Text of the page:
~ Otherwise it’s the rich who won’t age, while dispensing with the rest of us in favour of robots.

Ancient Chinese giants — Researchers in China recently uncovered the skeletal remains of an unusually tall group of individuals who lived in China’s Shandong province some 5000 years ago. With some reaching heights well over 1.8m, these Neolithic humans were a sign of things to come.
~ Well, maybe they just had great diets. Anglo-Saxons, for example, were often this height – English selections diminish quite dramatically with the growth of towns after that period. 

 

 

Read more at https://www.gizmodo.com.au/2017/07/archaeologists-unearth-grave-of-giants-in-china/#8trioP2PispF2ybf.99

Futurology ~ Betelgeuse, gecko space gripper, urine and algae power, vegan mayo meat, cool pavements, probiotic beer, bad bitumen bottles


This orange blob shows the nearby star Betelgeuse, as seen by the Atacama Large Millimeter/submillimetre Array (ALMA)

Orion’s second biggest star in (sort of) detail — Pretty much everyone has heard of the Orion constellation and has probably seen it (you can even see it from New York, despite the light pollution). It’s hard not to like it. And if you spend some time studying its behaviour and meaning, you’ll only appreciate its intricacies even more.  Orion’s second brightest and biggest star, Betelgeuse, has been photographed by the Atacama Large Millimetre Array in Northern Chile. Not only is it one of the crispest images of a stellar surface yet, but it can tell scientists a lot about the massive star’s future.
~ Or is it just an out-of-focus lemon? 

Gecko-inspired space-junk gripper — Up in space, gripping objects takes on a whole new absurdity. Suction cups are right out, given they don’t work in a vacuum. And extreme temperature fluctuations rule out any sort of sticky adhesive. Then there’s geckos and their clever tiny feet – a new kind of robotic gripper for space emulates them, Stanford University and NASA JPL researchers report.
~ Or, we just train real geckos and put them in cute little space suits. 

Urine-generated power can kill salmonella — Scientists have understood that microbial fuel cells (MFC) can generate electricity from urine and other forms of waste for a while now. But new research shows the process can also kill bacteria and a new approach to sewage could be the result. The researchers imagine a self-sustaining system that would be of huge benefit to the developing world.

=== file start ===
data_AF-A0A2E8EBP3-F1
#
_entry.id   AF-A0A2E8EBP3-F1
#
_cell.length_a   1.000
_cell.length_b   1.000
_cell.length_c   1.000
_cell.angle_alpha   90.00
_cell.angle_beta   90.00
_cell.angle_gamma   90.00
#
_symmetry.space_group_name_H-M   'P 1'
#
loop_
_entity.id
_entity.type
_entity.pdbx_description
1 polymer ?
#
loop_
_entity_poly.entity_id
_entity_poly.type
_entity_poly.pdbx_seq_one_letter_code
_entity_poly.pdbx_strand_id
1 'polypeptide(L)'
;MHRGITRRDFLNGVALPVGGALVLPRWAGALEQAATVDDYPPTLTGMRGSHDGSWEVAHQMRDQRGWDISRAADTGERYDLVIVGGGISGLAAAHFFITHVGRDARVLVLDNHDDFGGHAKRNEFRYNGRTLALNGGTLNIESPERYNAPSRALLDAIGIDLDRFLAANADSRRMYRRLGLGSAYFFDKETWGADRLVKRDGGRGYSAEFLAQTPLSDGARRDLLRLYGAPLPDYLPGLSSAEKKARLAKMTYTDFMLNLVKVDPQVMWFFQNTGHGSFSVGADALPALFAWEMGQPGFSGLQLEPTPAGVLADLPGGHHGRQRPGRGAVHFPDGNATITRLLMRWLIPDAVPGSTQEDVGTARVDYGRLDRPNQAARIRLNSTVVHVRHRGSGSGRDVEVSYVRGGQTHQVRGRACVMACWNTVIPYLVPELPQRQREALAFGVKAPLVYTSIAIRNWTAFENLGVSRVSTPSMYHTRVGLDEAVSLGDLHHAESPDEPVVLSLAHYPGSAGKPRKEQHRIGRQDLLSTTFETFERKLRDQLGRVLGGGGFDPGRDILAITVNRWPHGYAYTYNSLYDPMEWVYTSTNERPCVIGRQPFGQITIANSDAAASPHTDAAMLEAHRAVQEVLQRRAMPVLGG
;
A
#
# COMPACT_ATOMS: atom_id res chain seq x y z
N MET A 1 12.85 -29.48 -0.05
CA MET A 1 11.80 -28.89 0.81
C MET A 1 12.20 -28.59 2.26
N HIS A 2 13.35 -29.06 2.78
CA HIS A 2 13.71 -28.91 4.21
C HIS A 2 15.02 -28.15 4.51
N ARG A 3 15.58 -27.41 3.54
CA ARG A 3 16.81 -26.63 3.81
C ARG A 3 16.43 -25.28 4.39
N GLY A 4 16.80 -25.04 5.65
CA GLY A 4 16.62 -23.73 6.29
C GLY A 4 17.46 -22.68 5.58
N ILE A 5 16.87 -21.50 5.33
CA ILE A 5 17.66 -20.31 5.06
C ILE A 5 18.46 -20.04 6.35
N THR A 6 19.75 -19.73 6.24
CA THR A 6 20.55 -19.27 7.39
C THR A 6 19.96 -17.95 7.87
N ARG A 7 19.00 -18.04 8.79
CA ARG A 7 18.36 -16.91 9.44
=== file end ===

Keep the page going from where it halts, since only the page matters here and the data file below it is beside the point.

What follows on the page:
~ Your’e in with urine, because you can get hydrogen easily from it, you see. 

And then there’s the fattened algae — Because fat is essentially oil, fatty algae could be the world’s most successful fuel crop. Ajjawi and his colleagues spent nearly a decade tweaking an algae genome so it produces more than twice as much fat than wild versions of the same species, and they recently described their efforts in an article.
~ But will it smell like fish? 

Vegan mayonnaise company to grow ‘meat’ — The maker of vegan mayonnaise has been working on getting lab-made meat onto dinner tables everywhere. Hampton Creek, which built its name on plant-based condiments and vegan-friendly cookie doughs, has revealed that, for the last year, it has been secretly developing the technology necessary for producing lab-made meat and seafood, or as the industry likes to call it, ‘clean meat.’
~ I prefer to think of it as protein – as a vegetarian for nearly 30 years, I don’t need ‘pretend’ meat.

Cool pavements reflect well for Los Angeles — During the recent heatwave various officials swooped down on streets coated with an experimental light-gray sealer that makes old asphalt into “cool street”. And it works, with average temperature differences between coated streets and adjacent old asphalt around 10F (about 12°C). At a large parking lot, the temperature reduction was over 20F. If the material holds up and continues to meet other criteria, LA plans to use it on more pavement rehab projects, which could eventually make a difference in the heat island effect. The CoolSeal coating costs US$25-40K/mile, and lasts 5-7 years.
~ Not exactly a long-term or cost effective solution, then. 

New probiotic beer boosts immunity — A new patent has been filed for an innovative brewing technique that incorporates a live strain of good bacteria into the brewing process. Researchers at NUS (National University of Singapore) have created a probiotic sour beer that may boost immunity and improve gut health.